A legal Battle Royale: World’s most popular video game sued for copyright infringement
The developer of the smash hit video game Fortnite: Battle Royale is being sued by developers of rival game PlayerUnknown’s Battlegrounds (PUBG) for copyright infringement.
The claim is being brought in South Korea where the developers of Fortnite – Epic Games – have a local office. The creator of PUBG is seeking an injunction on the grounds that Fortnite bears many similarities to its own game. Fortnite was originally launched in July 2017 as a team zombie-shooting game, but a new version of the game launched in September 2017 saw 100 players fighting each other across a shrinking environment to be the last person standing. This shrinking environment concept first appeared in PUBG and is the subject of the infringement claim, with PUBG claiming Fortnite is “replicating the experience” for its users.
The Fortnite game is entirely free to download and play. It makes its money from in-game purchases of different costumes and tools and it is estimated that the game made £226 million in April 2018 from these purchases alone. What is perhaps most interesting about this method of generating revenue is that these in-game purchases provide no tactical advantage when actually playing the game. Since its release, Fortnite has taken the gaming world by storm whilst the popularity of PUBG has waned.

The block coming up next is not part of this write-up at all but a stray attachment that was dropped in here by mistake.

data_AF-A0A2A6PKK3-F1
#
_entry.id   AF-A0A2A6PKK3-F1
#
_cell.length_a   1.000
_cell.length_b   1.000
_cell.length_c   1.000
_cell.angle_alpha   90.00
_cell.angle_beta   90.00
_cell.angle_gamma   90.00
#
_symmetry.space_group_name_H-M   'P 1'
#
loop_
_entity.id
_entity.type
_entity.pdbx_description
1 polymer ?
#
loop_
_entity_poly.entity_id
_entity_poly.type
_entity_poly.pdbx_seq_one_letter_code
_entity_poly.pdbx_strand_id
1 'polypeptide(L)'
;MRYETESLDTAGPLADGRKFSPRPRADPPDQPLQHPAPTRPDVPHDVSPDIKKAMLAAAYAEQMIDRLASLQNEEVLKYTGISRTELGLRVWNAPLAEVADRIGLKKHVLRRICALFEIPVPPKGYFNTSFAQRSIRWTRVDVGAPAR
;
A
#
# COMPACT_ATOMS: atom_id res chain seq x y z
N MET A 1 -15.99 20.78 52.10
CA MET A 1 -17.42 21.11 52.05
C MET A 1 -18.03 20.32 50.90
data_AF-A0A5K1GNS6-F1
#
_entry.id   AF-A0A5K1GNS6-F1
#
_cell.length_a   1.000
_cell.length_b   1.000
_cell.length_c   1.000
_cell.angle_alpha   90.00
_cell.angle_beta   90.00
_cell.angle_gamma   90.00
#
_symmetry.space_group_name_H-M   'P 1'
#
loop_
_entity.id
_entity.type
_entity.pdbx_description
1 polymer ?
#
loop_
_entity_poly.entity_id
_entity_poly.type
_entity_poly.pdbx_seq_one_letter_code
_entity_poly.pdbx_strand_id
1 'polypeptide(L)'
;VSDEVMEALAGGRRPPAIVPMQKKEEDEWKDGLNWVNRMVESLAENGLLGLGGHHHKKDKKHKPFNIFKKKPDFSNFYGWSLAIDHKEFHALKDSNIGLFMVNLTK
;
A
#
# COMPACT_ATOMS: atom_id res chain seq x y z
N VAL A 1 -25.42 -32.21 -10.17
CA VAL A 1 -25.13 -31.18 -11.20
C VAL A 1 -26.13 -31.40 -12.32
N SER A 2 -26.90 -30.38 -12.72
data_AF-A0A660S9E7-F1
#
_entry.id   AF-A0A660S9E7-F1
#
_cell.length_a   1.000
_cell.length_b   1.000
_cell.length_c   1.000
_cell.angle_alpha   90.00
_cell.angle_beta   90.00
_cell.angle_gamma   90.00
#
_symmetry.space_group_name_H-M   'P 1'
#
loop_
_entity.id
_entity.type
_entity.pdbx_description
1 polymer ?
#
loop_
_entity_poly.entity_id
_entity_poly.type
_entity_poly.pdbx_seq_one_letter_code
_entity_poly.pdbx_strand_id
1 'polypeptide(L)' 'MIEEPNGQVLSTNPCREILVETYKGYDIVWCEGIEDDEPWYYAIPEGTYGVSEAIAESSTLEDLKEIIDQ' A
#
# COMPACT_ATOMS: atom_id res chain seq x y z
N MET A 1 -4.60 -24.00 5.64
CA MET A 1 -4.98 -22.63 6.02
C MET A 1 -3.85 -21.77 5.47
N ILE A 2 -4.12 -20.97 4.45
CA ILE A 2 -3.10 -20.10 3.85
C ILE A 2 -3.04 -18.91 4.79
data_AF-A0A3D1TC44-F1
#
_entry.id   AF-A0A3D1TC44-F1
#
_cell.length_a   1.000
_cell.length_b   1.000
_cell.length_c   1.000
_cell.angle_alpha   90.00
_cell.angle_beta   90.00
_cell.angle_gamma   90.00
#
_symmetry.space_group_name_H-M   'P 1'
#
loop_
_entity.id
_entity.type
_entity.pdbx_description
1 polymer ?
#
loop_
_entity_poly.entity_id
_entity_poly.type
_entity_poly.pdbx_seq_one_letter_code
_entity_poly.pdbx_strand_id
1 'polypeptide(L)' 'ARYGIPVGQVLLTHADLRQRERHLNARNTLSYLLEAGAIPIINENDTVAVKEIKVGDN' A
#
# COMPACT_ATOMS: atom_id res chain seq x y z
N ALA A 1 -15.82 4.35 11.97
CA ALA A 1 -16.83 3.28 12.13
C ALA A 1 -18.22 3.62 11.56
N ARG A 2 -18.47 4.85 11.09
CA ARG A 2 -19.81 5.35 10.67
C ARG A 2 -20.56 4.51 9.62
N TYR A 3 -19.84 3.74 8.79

Despite the copyright claim there are marked differences between the two games. PUBG has a realistic, military-style theme and includes the use of vehicles to traverse its large map. Fortnite, on the other hand, is of a cartoon style, does not use vehicles and – perhaps most importantly for this copyright case – includes a fort building aspect to the gameplay. This means that, in a shootout, the winner is often the player who is better at out-building their enemy rather than simply out-gunning them. This aspect is not present in PUBG.
These distinctions are important in copyright claims. Copyright does not protect the idea itself (e.g. a 100 player shooter with a shrinking map) but how that idea is expressed.
An injunction, if granted, may prevent Fortnite from distributing the game in South Korea. South Korea is the sixth-largest market by video game revenue, responsible for $4.2 billion in 2017, and would therefore cause huge financial consequences for the company. It could spur PUBG on to additional claims in different territories which, if successful, may see Fortnite players turning to PUBG if Fortnite is no longer available.
The case serves as a prime example of the potential value of intellectual property rights.
Under English law, copyright arises automatically for original literary, dramatic, artistic, and musical works, sound recordings, broadcasts, films, and the design of pages of published work. Broadly speaking, the owner of copyright has the right to prevent others from copying or making an adaptation of their original work. Injunctions preventing the infringing acts, damages, or an account of profits are amongst the available remedies.